Only a few short weeks of summer left to enjoy. Is it too early to begin thinking about the beginning of a new school year? Your child might think so, but experts disagree. Now’s a great time to begin prepping.
We posed this question to several of our experts and here’s what they suggested:
School supply displays are up
- Parents might want to start buying school supplies. Many stores have a school supply list in their area.
- Another idea is to start putting children to bed a few minutes earlier each night or read with them before going to bed.
- Ask children what they want to learn at school this year. What are their feelings about returning to school?
- Lincoln Elementary in Denver has some great websites for students. For preschoolers through second-graders, see http://lincoln.dpsk12.org/k-2. For third- through fifth-graders, check out http://lincoln.dpsk12.org/topsites.
– Rosalie Gomez
Start to review and imagine a new grade
- If your child is going into fourth grade, review the third grade concepts for math. What a nice feeling for any kiddo to go in remembering math vocabulary and math concepts. You might do this by playing math games in the car, or having your child be the shopper with a bit of money incentive.
- This same concept can be applied to writing and reading, of course, but I think starting with the concepts from a review standpoint is always nice. Then your child goes into the new year feeling so strong.
- If there was a summer reading list, hopefully that has been tackled and discussed. Remember, you don’t have to like it. That’s even more fun. “I didn’t like that character. Is that OK?” What a fun, non-traditional parent comment. Those unexpected comments can free up your child to be authentic.
- I’d ask what might be the biggest challenge, e.g. What if I can’t figure out my locker, where or when to use the bathroom, what is going to be the best part of the year, Jake is going to be in my class, I can walk and don’t have to take the bus, etc. These are all good talking points and will give the parental units a “heads up.”
– Suzanne Lustie
Celebrate the pending summer’s end
- Have an ‘end of summer’ celebration to mark transition.
- Reconnect with school friends.
- Correct any ‘drift’ that may have occurred in schedule (i.e., staying up later, watching more TV) to avoid drastic changes when school starts.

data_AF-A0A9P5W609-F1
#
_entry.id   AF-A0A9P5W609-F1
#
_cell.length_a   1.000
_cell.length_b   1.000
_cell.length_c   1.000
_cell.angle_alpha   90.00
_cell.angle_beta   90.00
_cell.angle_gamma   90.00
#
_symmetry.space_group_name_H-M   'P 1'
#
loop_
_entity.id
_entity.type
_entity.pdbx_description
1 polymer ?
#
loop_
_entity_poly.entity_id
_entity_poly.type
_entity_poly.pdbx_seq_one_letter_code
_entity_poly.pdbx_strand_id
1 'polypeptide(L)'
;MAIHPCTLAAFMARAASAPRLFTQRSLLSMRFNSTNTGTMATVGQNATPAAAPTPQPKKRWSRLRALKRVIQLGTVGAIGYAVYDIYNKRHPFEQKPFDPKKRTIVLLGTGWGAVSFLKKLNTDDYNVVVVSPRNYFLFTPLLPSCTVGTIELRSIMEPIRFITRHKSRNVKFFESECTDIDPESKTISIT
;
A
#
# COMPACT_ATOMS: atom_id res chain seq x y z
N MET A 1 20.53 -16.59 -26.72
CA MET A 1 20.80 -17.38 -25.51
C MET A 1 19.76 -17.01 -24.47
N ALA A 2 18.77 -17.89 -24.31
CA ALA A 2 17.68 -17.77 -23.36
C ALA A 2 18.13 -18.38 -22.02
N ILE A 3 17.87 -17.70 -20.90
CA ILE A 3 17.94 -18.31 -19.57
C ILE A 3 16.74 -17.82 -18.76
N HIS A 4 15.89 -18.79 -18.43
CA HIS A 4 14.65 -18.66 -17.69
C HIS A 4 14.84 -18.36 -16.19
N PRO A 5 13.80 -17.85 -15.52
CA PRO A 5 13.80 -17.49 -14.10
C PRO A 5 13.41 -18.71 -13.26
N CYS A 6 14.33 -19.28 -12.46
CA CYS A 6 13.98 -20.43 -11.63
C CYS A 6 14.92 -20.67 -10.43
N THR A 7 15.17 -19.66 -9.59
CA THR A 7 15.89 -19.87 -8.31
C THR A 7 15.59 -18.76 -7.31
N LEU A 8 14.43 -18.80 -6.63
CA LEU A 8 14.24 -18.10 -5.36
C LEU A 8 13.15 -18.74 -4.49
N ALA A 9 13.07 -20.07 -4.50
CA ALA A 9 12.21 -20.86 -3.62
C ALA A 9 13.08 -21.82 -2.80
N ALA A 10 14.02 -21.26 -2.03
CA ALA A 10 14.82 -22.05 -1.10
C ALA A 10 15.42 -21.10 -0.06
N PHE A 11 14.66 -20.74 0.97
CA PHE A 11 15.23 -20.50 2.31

– Kevin Everhart
Examine summer routines that don’t fit with school
Things I generally talk to parents about (and sometimes kids), include:
- Leaving about a two-week cushion to start transitioning back to a “school” bed time.
- Waking up a bit earlier and going to bed earlier every day.
- I also emphasize the importance of communicating with the school as far ahead of time as possible regarding any necessary academic supports the child may need.
- If the child has a history of anxiety with school, I tell parents to start talking to their kids about their feelings regarding school to help them prepare for feeling more stressed again. Taking that step can decrease the “shock” of starting school again.
- If the child is younger, I have the parents check to see if the school has an orientation or tour they can take with the child. That way, your son or daughter can meet the child’s teacher, principal and other staff as soon as possible.
- Talk to your child about what he or she expects with the start of another school year and what the expectations will be of him or her, both behaviorally and academically.
- Consider offering rewards for good academic performance, such as increases in allowance or family time.
– Steve Sarche
Tips for parents of younger children
- Take you child school supply shopping, write out a list, give them a basket at the store and begin sending the message that they have ownership over the process. Buy some extra supplies for them to have at home.
- Create a work/art space in your home where your child can access learning tools like pencils, crayons, colored pencils, paper, envelopes etc. (We use tool boxes from the hardware store so it’s mobile).
- A week before school begins begin slowing down summer activities and create some routines and rituals for bedtime and wake-up.
- Buy an alarm clock and teach your children how to set it and wake themselves.
- For young children with separation issues, talk through with them how the transition will go : “When we go to school I am going to give you a hug and a kiss and then I will say goodbye.” Keep it simple and let your child know that you believe in his or her ability to make the separation.
– Laura Barr
Practice new routines now
- Try introducing some new responsibilities that you want your children to take on once school begins. For example, I have having my son practice making his lunch now so that he will will feel confident once school begins, and be encouraged to eat what he packs.
– Kerry Lord